In February 2024 the European Union’s Copernicus Climate Change Service reported that 2023 was the hottest year on record. The temperature was 1.45 degrees Celsius warmer than during the 1850-1900 pre-industrial period. It was also the warmest year since records began in 1940. 2023 was also a year of extreme weather events, including heatwaves, floods, droughts, and wildfires in many parts of the world. 

In 2023 the average global temperature came close to 1.5 degrees Celsius over pre-industrial levels. This is the limit which countries are supposed to aim for under the 2015 Paris Agreement on Climate Change. As a result, countries are expected to minimise the creation of carbon dioxide, methane and other greenhouse gases which are heating up our planet in an alarming way. Few people realise that methane emissions from landfills around the world causes a third of global warming today[1] While many people know that cattle have a specialized gut that allows them to digest tough plant material and burp out the methane gas that has been created. Methane is a greenhouse gas that is 25 more potent than carbon dioxide. Methane is the second most significant contributor to greenhouse gas in Ireland because of the large number of cattle.

One reason why 2023 was so warm was because of the presence of El Nino Southern Oscillation (ENSO). El Nino refers to the above-average sea surface temperature across the east-central area of the equatorial Pacific Ocean. This represents the warm phase of the ENSO cycle. La Nina, on the other hand, refers to periodic cooling of sea-surface temperatures across the east-central Pacific. The current El Nino began in 2023 and will continue until April or May of 2024.

If our use of carbon dioxide, methane and other greenhouse gases continues to rise, we would expect that scientists would be predicting lethal heatwaves for Ireland and western Europe. So, the question is, why are some scientists talking about an ice age for Europe linked to increasing climate change? 

One of the results of the warming of our planet in the past few decades is that the Greenland ice cap is losing an average of 30 million tonnes of ice each hour due to climate change.[2] Dr. Gerard McCarthy, of the ICARUS research facility in Maynooth University, points out that Atlantic Meridional Overturning Circulation (AMOC) which underpins the Gulf Stream, conveys warm water from the Gulf of Mexico into the northern Atlantic Ocean and keeps the temperature mild in Europe. This system is now weakening because of the massive amount of fresh water which is entering the Atlantic Ocean from Greenland, the Artic and Antarctica.  Almost every glacier has retreated and is melting during the last few decades. This fresh water is also causing sea levels to rise considerably, by between 25cm and 80cm in this century.[3] This will adversely affect many cities around the world, included Cork, Dublin and Waterford.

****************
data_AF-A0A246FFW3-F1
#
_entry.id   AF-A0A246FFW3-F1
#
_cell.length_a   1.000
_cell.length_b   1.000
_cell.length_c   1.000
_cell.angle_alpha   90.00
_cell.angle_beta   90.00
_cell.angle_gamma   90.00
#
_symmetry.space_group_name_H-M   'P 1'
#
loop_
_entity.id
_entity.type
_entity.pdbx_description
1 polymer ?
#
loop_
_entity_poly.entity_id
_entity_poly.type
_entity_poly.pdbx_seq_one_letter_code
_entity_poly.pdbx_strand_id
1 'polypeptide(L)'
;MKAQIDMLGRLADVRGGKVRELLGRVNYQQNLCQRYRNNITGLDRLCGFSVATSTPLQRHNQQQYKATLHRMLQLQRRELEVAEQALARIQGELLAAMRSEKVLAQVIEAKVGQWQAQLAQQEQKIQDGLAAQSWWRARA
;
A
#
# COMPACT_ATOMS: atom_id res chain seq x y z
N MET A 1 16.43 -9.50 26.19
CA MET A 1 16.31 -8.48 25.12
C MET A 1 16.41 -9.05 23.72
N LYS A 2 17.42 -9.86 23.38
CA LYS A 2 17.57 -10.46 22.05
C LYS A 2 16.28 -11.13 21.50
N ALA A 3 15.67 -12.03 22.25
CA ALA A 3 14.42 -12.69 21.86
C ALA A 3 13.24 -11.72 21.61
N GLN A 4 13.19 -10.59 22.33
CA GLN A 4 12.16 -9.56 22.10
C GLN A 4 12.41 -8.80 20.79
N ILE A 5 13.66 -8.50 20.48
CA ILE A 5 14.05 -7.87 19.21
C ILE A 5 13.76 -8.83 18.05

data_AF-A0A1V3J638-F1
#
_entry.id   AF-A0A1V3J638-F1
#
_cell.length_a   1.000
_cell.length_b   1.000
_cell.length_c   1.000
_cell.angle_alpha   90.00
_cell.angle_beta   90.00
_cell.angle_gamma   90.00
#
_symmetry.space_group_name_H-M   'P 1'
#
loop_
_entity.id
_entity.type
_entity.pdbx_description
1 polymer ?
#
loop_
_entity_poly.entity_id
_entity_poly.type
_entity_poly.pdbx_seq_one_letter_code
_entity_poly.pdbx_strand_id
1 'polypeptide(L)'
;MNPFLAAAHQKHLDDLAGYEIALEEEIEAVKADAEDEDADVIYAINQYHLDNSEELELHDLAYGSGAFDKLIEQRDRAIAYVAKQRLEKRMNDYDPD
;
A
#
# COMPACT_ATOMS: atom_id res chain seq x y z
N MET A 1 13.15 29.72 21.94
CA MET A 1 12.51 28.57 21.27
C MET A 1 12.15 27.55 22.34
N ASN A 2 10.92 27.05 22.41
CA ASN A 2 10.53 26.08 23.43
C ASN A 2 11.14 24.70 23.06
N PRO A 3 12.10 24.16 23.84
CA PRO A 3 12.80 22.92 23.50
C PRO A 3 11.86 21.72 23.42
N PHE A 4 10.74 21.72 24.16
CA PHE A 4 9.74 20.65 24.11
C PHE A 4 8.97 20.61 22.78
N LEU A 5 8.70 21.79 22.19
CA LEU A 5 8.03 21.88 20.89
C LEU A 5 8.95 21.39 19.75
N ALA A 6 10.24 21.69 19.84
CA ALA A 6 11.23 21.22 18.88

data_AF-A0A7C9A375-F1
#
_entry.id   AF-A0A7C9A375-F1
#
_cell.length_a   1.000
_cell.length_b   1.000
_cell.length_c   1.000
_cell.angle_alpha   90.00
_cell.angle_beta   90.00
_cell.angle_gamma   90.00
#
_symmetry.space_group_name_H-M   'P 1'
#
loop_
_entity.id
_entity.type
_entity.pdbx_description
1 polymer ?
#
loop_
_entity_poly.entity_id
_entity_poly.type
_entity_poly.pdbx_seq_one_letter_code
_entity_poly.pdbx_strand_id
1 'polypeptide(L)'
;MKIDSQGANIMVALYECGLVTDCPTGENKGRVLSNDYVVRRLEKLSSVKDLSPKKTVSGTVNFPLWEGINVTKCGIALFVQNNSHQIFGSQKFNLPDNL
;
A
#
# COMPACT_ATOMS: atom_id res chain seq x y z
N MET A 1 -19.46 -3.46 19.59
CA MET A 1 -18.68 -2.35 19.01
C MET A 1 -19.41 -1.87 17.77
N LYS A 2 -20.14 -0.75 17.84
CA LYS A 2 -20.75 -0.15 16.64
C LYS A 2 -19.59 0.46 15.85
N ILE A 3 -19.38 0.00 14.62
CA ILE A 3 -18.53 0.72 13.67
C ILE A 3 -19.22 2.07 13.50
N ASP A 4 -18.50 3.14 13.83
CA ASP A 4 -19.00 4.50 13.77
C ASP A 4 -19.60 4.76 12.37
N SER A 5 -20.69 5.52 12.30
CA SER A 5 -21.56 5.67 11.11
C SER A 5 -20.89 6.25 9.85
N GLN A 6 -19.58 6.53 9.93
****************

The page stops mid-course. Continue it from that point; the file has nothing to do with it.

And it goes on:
A study published in 2023 by Dr. Peter Ditlevsen of the University of Copenhagen in the journal Nature Communication, argued that the Gulf Stream could begin the collapse by 2025, which would bring about a catastrophic climate impact.[4] Such a collapse would interfere dramatically with rainfall in India, South America and west Africa which will make crop growing in these countries very difficult, if not impossible.  It could also endanger the Amazon rainforest and the Antarctic ice sheet. Such a massive change in climate would constitute an existential threat to human civilization.

The Gulf Stream has already weakened by more than 15 percent in the past few decades.[5] Stefan Rahmstorf of Potsdam Institute for Climate Impact in Germany and co-author of the study said that “we risk triggering a ‘tipping point’ in this century … the consequences of this are so massive that even a 10 percent chance of tiggering a breakdown would be an unacceptable risk.” The AMOC system is already at its slowest point in 1,600 years. It could collapse within a century, particularly if current greenhouse emissions continue to increase. The complexity of the AMOC system and the uncertainty over levels of future global warming make it impossible to forecast the date of the collapse.[6] But we are sure of one thing. Unless we stop using greenhouse gases in the next decades, a difficult future will be in store for those who live after us.

- Father Sean McDonagh, Former President of An Taisce

[1] Damian Carrington, Satellites pinpoint vast methane leaks from landfills driving global heating, February 12th, 2024, page 19,
[2] Damian Carrington, Greenland is losing 30 mm tonnes of ice an hour from global heating - study, The Guardian, 18th of January 2024, page 2.
[3] Kevin O’Sullivan, Ireland to face cooling and Gulf Stream weakens, The Guardian, May 5th, 2023, page 5.
[4] Damian Carrington, Climate crisis; Scientists spot warning signs of Gulf Stream collapse, The Guardian, August 5th 2021.  
[5] Kevin O’Sullivan, What happens if the Gulf Stream collapse? The Irish Times, July 27th, 2023, page 12.
[6] Damian Corrington, Climate impact fears are Atlantic Ocean weather system weakens, The Guardian, February, 26th 2021, page 1 and  4.